Good schools / bad schools.
It was extremely frustrated to be stuck in a school zone that was not properly serving the educational needs of my child. I didn’t live in a “bad” area, but I was placed in a school zone with substandard schools. As a matter of fact, I lived five minutes from a good school, but I couldn’t send my child there because it was zoned in a different county. I didn’t have the energy to fight the system, and I couldn’t pick up my house and move it one block over.
So, what did I do? At the time, I worked from home so I homeschooled my son and did so for four years. Most families unfortunately can’t do that. Most parents work outside the home and some just don’t have the patience (and you need a lot of patience) to homeschool.
I would have jumped at the chance years ago to apply for a school voucher. It would have solved MY problem completely. But what about the other children? If my son was bussed to a great school, how could I feel good knowing that hundreds of other children living around me were stuck in low performing schools? I am a mother of one, but I strongly believe that my son’s future is tied to the future of all the kids in his generation—they all need to succeed for him to succeed.
What is the real problem with school vouchers? School vouchers pacify parents who are actively seeking better for their children. They quiet the “squeaky wheel,” but they fail to address the main problem—the school system in America is designed to provide unequal education to maintain the status quo.
We keep debating about whether or not we should offer school vouchers. This repetitive conversation only serves as a smoke screen to keep us from asking the right question. We should be asking why do we have low performing schools in the United States of America. America has access to EVERYTHING on earth so there is absolutely no reason on this planet for any child in this country to have below standard education.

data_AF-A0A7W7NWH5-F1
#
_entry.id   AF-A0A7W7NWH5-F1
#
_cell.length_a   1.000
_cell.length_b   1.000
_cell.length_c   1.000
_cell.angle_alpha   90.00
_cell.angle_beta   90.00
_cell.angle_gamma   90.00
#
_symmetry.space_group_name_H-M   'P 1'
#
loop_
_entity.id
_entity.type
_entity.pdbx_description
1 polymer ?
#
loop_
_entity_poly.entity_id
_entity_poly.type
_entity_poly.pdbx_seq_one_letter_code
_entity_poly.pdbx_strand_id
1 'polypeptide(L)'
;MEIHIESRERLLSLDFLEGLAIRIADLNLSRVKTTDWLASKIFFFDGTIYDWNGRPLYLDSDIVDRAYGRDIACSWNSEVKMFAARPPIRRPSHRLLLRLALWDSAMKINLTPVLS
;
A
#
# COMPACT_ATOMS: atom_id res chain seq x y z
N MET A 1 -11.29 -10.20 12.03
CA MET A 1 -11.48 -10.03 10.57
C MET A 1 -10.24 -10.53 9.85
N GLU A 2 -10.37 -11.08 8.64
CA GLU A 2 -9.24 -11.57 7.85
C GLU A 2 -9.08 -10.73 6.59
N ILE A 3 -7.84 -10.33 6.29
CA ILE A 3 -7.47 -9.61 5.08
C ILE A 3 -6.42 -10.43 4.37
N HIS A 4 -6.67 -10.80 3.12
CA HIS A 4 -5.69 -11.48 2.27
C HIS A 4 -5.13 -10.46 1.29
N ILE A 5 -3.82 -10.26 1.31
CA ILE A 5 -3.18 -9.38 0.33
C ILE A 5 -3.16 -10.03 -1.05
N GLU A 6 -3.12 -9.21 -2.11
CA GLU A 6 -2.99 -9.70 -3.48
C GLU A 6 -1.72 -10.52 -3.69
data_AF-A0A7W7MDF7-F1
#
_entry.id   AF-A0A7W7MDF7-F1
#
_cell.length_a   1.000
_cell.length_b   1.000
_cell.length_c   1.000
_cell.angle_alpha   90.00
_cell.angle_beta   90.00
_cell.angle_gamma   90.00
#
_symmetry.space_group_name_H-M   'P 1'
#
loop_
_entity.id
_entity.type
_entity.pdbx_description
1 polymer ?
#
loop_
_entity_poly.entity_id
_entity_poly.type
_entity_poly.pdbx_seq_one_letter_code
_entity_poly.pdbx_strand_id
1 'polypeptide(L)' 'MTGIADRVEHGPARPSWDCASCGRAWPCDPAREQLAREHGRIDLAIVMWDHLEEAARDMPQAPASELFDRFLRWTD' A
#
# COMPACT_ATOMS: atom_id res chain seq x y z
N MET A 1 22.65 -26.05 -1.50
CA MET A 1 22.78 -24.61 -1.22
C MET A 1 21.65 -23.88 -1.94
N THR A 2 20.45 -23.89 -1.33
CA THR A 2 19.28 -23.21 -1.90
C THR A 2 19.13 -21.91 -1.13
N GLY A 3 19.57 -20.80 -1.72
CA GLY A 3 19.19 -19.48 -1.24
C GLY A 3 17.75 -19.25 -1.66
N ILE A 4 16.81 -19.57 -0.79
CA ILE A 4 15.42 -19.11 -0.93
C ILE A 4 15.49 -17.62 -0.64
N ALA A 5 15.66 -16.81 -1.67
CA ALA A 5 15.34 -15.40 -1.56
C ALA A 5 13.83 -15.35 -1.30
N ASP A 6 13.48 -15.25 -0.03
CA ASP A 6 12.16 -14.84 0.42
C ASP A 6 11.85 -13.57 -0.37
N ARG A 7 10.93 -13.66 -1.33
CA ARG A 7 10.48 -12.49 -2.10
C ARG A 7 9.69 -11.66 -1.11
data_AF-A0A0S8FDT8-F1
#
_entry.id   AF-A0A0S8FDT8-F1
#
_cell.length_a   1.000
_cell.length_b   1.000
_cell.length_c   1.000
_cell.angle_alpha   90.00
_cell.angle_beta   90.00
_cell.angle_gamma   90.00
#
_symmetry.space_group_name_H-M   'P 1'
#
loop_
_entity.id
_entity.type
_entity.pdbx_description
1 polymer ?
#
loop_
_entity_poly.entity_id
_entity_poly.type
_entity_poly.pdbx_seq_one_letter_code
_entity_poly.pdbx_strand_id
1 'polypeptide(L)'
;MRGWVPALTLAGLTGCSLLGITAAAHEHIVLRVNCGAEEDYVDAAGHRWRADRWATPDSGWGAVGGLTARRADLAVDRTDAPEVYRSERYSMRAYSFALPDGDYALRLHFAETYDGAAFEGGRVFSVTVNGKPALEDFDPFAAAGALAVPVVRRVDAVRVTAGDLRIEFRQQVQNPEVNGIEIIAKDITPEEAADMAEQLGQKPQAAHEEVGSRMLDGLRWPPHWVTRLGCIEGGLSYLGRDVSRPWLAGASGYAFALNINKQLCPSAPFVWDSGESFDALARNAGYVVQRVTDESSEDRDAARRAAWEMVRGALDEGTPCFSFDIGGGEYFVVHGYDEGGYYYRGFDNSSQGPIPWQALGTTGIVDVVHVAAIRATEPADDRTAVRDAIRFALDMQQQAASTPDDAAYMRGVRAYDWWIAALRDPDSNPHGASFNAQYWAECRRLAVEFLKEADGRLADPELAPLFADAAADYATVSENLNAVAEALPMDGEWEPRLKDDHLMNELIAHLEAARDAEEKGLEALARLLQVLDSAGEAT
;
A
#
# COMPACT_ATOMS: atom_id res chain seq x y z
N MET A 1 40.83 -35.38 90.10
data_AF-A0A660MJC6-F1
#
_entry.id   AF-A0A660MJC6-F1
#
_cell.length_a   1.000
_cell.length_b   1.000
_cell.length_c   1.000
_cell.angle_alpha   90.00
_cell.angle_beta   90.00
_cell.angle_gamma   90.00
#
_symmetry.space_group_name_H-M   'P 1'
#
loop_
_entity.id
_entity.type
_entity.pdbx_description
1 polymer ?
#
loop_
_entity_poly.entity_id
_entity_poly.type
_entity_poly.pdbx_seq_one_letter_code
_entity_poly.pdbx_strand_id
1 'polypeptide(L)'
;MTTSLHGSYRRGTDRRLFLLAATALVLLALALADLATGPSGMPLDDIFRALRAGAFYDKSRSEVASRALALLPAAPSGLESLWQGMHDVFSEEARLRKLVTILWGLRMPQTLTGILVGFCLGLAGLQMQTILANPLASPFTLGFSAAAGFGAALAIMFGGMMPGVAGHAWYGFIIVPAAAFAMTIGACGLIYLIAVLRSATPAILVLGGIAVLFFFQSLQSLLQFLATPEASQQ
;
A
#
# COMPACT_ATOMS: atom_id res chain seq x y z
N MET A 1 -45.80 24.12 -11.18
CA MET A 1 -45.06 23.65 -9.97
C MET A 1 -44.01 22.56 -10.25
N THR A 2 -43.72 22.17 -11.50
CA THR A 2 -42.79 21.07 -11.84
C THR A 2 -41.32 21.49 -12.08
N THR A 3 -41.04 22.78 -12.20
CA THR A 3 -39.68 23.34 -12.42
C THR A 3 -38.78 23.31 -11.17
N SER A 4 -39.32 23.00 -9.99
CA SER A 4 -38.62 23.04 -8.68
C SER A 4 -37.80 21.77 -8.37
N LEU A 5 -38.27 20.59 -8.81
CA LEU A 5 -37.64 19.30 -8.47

I know more money doesn’t always equal better education, but it seems to mysteriously work out that schools in lower income areas receive less money per student and have lower performing schools. Could it be that we really don’t want equal education for all children?
Every state has their own formula on how funds are dispersed to public schools. However, many states use property taxes as one of the main sources to fund public schools. Under this rule, communities that are impoverished will ALWAYS receive less money and resources, which usually lead to substandard education. So in essence, the poor will stay poor and undereducated. The American educational system is not broken; it is doing exactly what it was designed to do.
This country thrives on a class system—the rich, middle class, and poor. Our educational system is fundamentally designed to be unequal to maintain this system. Period.
Now that we understand the real issue, what are we going to do about it? Are we going to waste time talking about school vouchers? Are we going to continue to look out for our own kids and leave the rest to fend for themselves? Or, are we going to push for real fundamental change that truly provide equal education for all?
Equal professional personnel
Equal support for all public schools